Pharmacists gearing to play a pivotal role in NHI
Pharmacies and pharmacy clinics are often the first port of call for people needing medical assistance, and the pharmacy profession is currently examining the role pharmacy will play in the government’s proposed National Health Insurance (NHI) plan. Author: Jackie Maimin
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NHI aims at Universal Health Coverage (UHC), implying access to key promotive, preventive, curative and rehabilitative health services of good quality for all at an affordable cost without the risk of financial hardship linked to paying for care. It sounds idealistic, but the publication of the government’s National Health Insurance (NHI) White Paper on 30 June 2017, has laid the foundations for a UHC system in South Africa.
The white paper indicates that it is government’s intention to utilise all available professional resources to achieve UHC, including a broad range of private facilities and services. Subsequently the Medical Schemes Amendment Bill and NHI Bill were both published for public comment. Dr Aaron Motsoaledi, speaking on the Medical Schemes Amendment Bill at a media briefing on 21 June 2018, indicated that “the first reason for this amendment is that the implementation of NHI is not going to be a once-off event but it will take place in a phased-in approach. While this is happening the population of medical schemes beneficiaries need immediate relief from serious challenges experienced in the current medical scheme regime. The nature and magnitude of the challenges is that it will be undesirable for medical scheme beneficiaries to have to wait for long term changes.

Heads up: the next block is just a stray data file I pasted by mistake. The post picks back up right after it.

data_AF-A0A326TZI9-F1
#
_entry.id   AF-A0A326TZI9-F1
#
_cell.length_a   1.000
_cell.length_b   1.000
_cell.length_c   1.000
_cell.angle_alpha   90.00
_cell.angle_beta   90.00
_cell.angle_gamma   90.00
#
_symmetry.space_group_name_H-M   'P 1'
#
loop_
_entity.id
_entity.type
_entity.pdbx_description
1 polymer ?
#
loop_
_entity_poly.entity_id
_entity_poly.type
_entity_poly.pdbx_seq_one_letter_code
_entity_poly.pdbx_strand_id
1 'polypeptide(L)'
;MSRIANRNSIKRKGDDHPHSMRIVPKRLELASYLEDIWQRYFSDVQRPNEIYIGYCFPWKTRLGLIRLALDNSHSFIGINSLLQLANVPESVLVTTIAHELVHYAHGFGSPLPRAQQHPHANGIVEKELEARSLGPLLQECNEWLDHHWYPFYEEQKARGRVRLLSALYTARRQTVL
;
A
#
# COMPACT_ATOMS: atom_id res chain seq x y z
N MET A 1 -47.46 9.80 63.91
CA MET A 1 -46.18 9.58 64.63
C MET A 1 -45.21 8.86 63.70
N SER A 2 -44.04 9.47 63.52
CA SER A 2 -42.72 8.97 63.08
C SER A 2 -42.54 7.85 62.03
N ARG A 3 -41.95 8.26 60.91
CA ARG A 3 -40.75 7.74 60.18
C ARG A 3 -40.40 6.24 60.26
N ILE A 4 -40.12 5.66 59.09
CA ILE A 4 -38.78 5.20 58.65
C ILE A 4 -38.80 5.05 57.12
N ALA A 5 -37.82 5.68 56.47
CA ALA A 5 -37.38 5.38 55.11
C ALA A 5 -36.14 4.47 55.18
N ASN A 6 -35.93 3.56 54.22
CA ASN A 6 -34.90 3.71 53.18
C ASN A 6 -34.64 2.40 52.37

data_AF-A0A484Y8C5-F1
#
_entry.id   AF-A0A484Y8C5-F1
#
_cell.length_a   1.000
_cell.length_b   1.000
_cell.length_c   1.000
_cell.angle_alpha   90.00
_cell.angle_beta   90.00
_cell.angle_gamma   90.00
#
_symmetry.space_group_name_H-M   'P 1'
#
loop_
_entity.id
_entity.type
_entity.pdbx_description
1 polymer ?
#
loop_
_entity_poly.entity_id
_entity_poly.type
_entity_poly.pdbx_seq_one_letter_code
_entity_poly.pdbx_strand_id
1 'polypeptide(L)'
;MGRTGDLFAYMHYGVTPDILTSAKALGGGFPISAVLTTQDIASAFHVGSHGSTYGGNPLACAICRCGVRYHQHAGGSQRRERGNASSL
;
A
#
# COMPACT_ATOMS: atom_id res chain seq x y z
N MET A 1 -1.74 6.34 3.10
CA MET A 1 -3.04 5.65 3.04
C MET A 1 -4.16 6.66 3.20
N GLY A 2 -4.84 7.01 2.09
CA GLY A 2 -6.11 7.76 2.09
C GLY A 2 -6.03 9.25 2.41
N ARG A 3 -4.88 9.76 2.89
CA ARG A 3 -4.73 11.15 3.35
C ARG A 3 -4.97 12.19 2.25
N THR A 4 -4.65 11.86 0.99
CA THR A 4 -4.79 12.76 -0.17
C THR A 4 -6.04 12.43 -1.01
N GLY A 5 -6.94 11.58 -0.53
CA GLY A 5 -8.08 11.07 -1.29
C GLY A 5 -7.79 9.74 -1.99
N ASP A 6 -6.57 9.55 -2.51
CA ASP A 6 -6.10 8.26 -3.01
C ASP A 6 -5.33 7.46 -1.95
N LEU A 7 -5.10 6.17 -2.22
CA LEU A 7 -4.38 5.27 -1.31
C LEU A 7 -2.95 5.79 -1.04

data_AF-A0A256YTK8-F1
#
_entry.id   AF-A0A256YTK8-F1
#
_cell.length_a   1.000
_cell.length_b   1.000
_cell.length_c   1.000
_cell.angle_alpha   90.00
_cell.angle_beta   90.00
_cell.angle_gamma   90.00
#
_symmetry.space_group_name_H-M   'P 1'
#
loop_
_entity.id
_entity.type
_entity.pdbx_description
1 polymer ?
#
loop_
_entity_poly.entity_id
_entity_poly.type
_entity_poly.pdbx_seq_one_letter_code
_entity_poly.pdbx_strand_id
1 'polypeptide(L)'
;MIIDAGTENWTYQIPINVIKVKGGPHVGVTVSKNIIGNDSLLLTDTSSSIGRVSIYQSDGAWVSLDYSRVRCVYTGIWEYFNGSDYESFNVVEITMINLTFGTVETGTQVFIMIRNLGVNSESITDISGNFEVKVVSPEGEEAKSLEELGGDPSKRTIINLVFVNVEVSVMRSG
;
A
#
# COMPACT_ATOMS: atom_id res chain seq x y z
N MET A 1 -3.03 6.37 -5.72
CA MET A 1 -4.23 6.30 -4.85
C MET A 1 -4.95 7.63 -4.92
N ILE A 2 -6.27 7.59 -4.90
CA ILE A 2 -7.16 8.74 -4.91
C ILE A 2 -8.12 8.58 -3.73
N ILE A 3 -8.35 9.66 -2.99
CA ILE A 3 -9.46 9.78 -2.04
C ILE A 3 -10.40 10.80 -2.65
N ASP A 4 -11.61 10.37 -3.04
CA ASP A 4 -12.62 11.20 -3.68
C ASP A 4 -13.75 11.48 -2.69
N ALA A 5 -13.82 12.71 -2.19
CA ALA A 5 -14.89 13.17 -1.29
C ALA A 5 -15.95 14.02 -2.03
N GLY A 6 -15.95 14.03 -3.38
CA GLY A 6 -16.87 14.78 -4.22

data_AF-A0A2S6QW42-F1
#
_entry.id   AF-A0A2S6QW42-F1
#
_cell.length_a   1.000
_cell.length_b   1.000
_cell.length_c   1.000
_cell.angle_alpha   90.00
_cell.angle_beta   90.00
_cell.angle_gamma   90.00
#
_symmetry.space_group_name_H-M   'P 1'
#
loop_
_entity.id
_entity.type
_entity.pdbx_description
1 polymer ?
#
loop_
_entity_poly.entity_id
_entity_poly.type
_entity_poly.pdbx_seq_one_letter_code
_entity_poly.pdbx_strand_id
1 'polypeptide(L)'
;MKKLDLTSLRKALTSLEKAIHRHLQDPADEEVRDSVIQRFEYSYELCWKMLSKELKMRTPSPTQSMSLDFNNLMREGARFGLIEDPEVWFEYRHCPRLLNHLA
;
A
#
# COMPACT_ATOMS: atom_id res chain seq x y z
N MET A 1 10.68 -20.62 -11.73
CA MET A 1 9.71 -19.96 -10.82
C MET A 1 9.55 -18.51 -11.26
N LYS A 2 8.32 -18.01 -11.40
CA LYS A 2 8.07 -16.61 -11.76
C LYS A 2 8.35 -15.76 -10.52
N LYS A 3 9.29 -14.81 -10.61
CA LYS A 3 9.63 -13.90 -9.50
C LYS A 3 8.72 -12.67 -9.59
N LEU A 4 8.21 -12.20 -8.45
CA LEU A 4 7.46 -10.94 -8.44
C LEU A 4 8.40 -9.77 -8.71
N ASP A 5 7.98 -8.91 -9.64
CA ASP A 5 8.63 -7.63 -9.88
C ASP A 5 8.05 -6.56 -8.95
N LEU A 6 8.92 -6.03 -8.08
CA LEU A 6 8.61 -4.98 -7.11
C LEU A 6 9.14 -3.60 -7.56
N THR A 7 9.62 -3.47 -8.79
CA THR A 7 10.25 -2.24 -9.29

The second reason for the amendment is to align the medical scheme environment to that which will exist under NHI so that there is a smooth, harmonious transition that does not unduly disrupt access to health care.”
The NHI Bill sets out to:
- provide mandatory prepayment health care services
- establish a National Health Insurance Fund and to set out its powers, functions and governance structures;
- provide a framework for the active purchasing of health care services by the Fund on behalf of users;
- create mechanisms for the equitable, effective and efficient utilisation of the resources of the Fund to meet the health needs of users;
- preclude or limit undesirable, unethical and unlawful practices in relation to the Fund and its users; and
- provide for matters connected herewith.
NHI presents pharmacy with a unique opportunity to reshape the profession. Engagement with government on NHI will require a unified profession with a common vision & purpose. To this end the NHI Pharmacy Forum was established to draft a strategic document advocating for the inclusion of pharmaceutical services within NHI. This includes utilising all available pharmaceutical healthcare professionals and resources, in order to achieve the positive clinical outcomes at the best possible price.
Initially, pharmacists will have to try and maintain quality and quantity at the same time. There’s going to be task shifting with the inclusion of pharmacy support personnel in the pharmacy team. Multi-disciplinary health teams will manage patients within identified regions with a primary healthcare focus on preventative medicine. To effect this there need to be changes to other pieces of legislation and ethical rules.
There is no doubt that pharmacy and pharmacists are ideally positioned to play a vital role in the delivery of universal health coverage and Pharmacy Council has already enacted a number of regulatory amendments to ensure an enabling environment for pharmacists to provide equitable and quality pharmaceutical services to all South Africans.